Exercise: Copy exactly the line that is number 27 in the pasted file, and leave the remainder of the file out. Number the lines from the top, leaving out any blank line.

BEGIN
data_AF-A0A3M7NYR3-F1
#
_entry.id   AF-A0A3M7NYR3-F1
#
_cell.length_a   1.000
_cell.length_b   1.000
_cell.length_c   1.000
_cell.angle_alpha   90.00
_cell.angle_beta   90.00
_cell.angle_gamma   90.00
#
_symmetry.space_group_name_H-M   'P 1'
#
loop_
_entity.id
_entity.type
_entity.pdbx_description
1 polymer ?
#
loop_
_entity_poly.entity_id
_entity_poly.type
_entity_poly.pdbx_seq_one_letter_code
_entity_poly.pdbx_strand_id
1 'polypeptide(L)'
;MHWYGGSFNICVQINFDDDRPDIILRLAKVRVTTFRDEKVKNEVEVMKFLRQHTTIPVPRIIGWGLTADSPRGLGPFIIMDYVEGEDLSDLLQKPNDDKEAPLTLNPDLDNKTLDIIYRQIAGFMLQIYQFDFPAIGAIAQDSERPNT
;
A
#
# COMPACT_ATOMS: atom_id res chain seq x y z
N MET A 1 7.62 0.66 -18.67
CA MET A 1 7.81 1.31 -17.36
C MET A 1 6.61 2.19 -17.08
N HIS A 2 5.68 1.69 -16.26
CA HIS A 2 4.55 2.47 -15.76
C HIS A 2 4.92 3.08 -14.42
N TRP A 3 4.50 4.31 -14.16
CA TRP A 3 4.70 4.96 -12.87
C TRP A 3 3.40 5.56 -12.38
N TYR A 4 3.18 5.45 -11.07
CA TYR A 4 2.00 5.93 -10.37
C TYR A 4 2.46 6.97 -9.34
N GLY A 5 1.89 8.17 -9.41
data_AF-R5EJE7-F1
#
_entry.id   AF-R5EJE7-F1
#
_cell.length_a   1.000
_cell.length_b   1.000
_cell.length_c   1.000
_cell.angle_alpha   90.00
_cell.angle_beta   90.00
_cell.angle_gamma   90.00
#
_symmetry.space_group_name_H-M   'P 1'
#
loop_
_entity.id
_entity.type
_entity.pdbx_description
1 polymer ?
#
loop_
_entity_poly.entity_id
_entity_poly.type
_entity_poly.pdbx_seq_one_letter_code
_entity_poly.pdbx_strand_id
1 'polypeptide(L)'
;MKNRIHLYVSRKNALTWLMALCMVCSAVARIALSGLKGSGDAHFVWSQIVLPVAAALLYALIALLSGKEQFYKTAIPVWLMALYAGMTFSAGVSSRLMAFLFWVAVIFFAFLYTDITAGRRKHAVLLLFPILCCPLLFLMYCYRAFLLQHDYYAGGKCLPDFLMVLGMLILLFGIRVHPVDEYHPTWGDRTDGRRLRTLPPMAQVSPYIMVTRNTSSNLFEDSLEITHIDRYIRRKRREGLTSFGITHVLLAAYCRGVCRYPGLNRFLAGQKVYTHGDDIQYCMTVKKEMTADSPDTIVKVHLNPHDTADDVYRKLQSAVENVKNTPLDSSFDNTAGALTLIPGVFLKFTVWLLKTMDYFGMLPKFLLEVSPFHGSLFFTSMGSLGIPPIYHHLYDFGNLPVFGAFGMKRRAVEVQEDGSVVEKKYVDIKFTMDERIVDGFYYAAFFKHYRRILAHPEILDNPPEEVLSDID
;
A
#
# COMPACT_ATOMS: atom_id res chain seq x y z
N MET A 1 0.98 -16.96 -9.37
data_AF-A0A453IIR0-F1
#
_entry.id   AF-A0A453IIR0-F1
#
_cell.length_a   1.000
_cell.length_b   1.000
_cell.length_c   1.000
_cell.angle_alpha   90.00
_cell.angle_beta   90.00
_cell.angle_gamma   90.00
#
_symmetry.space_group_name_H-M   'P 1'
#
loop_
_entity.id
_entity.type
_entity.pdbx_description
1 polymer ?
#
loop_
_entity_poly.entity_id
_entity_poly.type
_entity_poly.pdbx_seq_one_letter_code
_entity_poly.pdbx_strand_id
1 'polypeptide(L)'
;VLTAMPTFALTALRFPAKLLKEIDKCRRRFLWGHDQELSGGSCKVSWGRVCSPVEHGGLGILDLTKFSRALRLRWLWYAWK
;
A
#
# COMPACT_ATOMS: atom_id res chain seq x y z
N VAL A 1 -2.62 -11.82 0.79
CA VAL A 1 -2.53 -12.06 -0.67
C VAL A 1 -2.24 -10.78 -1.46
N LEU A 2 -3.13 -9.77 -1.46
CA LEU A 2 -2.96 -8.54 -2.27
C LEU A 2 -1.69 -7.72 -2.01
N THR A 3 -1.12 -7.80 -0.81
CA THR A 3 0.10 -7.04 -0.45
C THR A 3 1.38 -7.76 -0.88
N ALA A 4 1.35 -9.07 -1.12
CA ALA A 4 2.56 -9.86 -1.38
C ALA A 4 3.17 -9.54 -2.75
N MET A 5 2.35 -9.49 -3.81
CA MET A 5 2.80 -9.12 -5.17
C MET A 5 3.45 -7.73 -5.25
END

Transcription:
;